Some of the team’s athletes will begin preparation for their fall sports in a few weeks time as well. Coach Turner is the JV girls volleyball coach, and Coach Vela is the JV boys football coach (and I think Coach Steve may join him as a positions coach this year).  I will begin cross country conditioning with the oh so lovable distance rascals in a few weeks, and am happy to say I will be joined by two new coaches this season who have served as volunteer coaches this past track season.

Lastly, I’m very happy to announce that I will be beginning my teaching career when the 2017/2018 school year begins (teaching world history). 90% of my students grades will be participation in cross country or track! (just kidding of course).

I’ll do a general recap of JL sports for the school year if there is an interest in one. This was the best year we’ve had as a school this decade in terms of championships/overall record. Please comment if you’d be interested in such a blog.

Thanks for reading!

-Benny Reeves

 

JLXC History: Montgomery Hill / Time Trial recap

IMG953774
Montgomery Hill as seen from a spectator’s view.

This post will contain two blogs for the price of one. 

Blog 1: JLXC at Montgomery Hill

Today, James Lick is a member of the BVAL, a 24 team “power league” which formed in 1996. James Lick was a member of the MHAL (Mount Hamilton Athletic League) from 1965- the early 90s. With the formation of the BVAL in 96′ MHAL took the place of the ‘A’ division of the BVAL,the STAL (Santa Teresa League) took on the role of the ‘B’ division, and the WVAL (West Valley League) took on the role of the ‘C’ division.

Following its foundation, the BVAL searched for an accessible area to use for its league meets. Alum Rock park, long used by the MHAL, was used for some races, as was Helyer Park and Santa Teresa park. In the year 2000 however, the BVAL created a race course at Montgomery Hill Park, right next to Evergreen Valley college. The park, as its name indicates, is extremely hilly for a cross country course and has no shade to offer. These factors combined with its loose dirt in places, makes it the slowest race course (in terms of mile pace) in the CCS central conference. The original course was 2.95 miles, and was used for several races in 2000. In 2001 and 2002, the course became almost exclusively the BVAL’s course of choice for league meets. In 2003, the course was modified to its current 2.74 mile format, and has been run by the BVAL every year since.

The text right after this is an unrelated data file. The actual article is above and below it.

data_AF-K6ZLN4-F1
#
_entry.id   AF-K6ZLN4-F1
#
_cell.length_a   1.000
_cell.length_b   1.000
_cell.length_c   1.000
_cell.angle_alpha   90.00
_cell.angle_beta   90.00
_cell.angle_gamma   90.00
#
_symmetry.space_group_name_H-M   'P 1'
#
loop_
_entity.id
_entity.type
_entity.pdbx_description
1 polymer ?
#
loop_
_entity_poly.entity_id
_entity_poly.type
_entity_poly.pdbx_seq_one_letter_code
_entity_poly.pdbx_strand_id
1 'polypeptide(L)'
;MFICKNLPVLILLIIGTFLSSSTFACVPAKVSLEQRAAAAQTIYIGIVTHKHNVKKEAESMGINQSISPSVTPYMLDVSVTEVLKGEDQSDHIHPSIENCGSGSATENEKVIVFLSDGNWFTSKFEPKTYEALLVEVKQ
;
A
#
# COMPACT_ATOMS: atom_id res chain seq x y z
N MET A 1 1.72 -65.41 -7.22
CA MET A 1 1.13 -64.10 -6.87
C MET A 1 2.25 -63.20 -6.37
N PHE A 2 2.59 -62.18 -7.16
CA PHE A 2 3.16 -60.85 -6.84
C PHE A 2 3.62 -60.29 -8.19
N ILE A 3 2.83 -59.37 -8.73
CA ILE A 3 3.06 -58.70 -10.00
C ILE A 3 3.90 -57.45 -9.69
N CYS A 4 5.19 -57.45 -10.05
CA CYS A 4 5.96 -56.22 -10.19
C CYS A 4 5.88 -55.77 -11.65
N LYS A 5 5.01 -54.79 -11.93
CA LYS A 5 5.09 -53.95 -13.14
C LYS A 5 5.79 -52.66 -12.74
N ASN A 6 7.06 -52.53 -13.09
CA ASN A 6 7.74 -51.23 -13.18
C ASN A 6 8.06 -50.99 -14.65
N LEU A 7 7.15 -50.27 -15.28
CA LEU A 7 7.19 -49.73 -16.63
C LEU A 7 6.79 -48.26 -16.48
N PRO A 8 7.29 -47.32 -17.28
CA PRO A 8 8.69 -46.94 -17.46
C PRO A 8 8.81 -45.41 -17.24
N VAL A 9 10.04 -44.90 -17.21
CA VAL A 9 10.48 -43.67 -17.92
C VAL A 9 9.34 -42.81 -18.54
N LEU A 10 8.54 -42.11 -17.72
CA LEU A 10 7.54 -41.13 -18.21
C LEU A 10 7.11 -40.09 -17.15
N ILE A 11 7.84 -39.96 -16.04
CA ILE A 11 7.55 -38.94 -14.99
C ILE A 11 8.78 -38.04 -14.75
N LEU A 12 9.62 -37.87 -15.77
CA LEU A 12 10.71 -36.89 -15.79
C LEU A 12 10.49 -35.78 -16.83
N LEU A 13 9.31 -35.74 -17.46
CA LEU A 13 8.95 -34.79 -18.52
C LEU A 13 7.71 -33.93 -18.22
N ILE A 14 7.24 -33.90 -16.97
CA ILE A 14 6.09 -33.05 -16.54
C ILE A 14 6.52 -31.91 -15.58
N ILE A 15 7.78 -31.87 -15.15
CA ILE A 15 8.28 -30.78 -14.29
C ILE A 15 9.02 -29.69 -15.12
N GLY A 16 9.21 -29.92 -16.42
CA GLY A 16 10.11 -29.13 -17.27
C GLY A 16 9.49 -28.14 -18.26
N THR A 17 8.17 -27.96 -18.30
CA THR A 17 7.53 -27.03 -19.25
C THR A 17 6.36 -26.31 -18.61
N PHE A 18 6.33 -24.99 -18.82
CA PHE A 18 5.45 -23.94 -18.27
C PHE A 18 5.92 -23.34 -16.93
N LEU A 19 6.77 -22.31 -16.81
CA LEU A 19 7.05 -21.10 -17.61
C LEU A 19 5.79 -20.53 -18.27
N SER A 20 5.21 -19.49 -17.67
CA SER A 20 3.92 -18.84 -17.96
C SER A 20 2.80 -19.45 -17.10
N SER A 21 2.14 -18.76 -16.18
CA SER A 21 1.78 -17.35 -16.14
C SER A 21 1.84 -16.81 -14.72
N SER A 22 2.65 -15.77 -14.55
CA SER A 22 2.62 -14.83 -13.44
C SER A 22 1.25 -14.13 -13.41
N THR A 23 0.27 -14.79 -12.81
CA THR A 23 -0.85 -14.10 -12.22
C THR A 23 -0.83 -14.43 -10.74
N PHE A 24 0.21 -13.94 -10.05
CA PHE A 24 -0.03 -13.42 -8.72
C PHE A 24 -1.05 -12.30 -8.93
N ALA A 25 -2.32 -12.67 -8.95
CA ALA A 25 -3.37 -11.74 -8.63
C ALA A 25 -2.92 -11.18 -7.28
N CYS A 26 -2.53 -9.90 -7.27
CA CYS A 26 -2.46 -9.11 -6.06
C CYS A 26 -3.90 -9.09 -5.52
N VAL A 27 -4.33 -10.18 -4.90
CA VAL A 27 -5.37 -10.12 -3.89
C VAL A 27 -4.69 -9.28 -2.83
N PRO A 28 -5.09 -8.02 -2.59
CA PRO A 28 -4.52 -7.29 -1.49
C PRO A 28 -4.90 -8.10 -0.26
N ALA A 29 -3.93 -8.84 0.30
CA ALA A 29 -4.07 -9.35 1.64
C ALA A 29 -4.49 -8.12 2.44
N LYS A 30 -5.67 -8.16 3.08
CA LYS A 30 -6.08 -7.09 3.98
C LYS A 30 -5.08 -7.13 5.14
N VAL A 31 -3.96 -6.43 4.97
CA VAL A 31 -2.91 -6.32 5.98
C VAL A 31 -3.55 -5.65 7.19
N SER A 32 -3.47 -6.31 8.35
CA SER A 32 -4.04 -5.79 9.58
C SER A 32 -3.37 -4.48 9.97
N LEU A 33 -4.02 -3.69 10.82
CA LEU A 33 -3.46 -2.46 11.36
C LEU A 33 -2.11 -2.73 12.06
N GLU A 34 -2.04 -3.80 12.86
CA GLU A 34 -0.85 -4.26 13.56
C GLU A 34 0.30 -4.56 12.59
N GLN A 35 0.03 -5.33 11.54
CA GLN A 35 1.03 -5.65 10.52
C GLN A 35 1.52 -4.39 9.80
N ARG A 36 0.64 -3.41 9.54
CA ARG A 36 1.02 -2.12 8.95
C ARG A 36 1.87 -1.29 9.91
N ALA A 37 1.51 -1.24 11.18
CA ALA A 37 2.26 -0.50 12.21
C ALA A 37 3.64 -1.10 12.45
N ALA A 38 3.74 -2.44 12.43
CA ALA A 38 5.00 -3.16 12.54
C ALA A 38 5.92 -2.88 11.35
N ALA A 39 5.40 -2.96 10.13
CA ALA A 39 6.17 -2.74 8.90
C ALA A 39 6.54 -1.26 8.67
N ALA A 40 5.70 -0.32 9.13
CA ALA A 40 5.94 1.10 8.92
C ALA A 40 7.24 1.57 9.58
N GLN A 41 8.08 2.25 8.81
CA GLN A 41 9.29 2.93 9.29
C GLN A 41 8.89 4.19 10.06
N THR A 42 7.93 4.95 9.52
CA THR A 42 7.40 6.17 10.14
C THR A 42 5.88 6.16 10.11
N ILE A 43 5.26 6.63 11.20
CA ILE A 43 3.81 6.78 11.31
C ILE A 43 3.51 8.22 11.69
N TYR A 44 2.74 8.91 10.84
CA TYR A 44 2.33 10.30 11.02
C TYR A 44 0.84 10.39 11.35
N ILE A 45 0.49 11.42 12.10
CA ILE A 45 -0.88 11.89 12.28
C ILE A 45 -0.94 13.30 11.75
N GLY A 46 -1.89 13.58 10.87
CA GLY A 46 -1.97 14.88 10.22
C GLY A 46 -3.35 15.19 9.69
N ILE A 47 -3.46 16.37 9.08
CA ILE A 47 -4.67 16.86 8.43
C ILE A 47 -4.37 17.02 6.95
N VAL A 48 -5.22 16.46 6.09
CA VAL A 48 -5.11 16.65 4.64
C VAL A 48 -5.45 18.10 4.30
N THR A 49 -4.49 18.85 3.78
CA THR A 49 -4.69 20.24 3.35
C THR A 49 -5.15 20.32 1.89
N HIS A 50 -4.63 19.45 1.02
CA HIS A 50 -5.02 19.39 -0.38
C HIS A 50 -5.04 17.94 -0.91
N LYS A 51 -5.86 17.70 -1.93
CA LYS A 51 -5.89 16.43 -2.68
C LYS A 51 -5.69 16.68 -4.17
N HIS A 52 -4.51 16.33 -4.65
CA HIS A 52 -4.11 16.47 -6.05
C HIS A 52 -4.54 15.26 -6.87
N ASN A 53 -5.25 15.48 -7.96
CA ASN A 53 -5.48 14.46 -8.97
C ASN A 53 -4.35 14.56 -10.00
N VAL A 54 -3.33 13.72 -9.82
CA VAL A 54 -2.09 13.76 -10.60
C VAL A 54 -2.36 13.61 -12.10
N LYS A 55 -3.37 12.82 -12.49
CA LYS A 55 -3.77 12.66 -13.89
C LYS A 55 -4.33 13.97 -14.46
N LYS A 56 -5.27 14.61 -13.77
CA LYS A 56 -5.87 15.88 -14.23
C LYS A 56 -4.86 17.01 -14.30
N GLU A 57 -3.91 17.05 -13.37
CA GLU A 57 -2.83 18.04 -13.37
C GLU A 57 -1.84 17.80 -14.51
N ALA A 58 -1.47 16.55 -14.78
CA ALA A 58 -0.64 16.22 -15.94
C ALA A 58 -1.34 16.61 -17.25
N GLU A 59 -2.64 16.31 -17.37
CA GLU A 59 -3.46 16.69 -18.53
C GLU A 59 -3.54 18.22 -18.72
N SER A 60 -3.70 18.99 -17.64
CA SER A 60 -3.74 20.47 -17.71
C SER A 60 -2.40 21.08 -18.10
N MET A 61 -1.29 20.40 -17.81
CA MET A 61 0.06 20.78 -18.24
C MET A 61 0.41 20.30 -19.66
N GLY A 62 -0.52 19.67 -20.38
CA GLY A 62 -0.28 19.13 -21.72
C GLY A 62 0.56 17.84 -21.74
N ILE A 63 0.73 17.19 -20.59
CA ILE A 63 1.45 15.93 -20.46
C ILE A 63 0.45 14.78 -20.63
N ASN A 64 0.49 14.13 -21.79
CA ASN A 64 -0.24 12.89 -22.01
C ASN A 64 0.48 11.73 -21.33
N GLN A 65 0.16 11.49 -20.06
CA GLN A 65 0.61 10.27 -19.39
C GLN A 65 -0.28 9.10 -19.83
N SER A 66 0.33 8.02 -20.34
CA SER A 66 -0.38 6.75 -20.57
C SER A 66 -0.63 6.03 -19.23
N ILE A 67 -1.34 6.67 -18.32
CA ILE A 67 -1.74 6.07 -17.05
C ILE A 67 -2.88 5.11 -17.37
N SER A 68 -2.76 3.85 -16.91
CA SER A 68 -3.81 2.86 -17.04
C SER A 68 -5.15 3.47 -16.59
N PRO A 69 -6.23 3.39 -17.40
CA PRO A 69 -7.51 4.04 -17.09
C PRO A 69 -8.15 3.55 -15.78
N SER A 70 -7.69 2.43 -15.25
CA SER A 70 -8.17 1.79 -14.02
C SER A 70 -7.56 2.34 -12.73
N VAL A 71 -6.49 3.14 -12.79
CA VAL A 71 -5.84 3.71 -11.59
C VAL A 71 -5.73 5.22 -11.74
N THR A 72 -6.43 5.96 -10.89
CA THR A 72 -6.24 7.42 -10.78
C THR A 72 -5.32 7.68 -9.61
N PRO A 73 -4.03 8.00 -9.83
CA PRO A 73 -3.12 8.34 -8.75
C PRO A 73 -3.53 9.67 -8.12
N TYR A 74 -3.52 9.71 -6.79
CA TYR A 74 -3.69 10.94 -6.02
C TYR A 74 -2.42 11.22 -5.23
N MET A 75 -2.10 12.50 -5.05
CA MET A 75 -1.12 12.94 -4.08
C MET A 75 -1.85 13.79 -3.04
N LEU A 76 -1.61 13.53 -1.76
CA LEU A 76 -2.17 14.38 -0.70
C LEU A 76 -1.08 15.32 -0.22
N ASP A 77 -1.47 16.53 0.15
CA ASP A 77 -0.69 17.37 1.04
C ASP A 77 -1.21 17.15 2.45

With the 2016 season approaching, Montgomery’s entering its 17th year of use. James Lick has 15 years of history on the course (In 2012 all of JL’s league meets were at Alum Rock). With a limited history compared to historic courses like Crystal Springs, and one which has taken place after most of JL’s greatest seasons, the Montgomery hill school all time lists are not amongst the school’s best performances. The teams of recent years however are heading solidly in the right direction.

The JL teams of the early 2000s were some of the best teams in the entire BVAL on the boys side. The 2001 team ran some of the first fast times on the course. The boy’s team’s 2nd best combined team time (calculated by adding the times of the top 5 runners together) on the course was run in 2001. The team ran a time of 82:47 (converted for the 2.74 mile course). Ivan Navarro ran a converted 15:52, one of only 2 sub 16 minute clockings at Montgomery in school history.

In 2003 the course was altered to its current format, and with it came the current school records on the course, both individually and as a team. Jose Gutierrez ran 15:05,  an outstanding time and a school record for the course. This time helped the team to a combined time of 81:48, an average of 16:22 a runner. In the mid 2000s, (the weakest era of JLXC) the team consistently ran times in the high 80s or low 90s, with a few standout performances such as Erick Herrera’s 16:01 in 2005.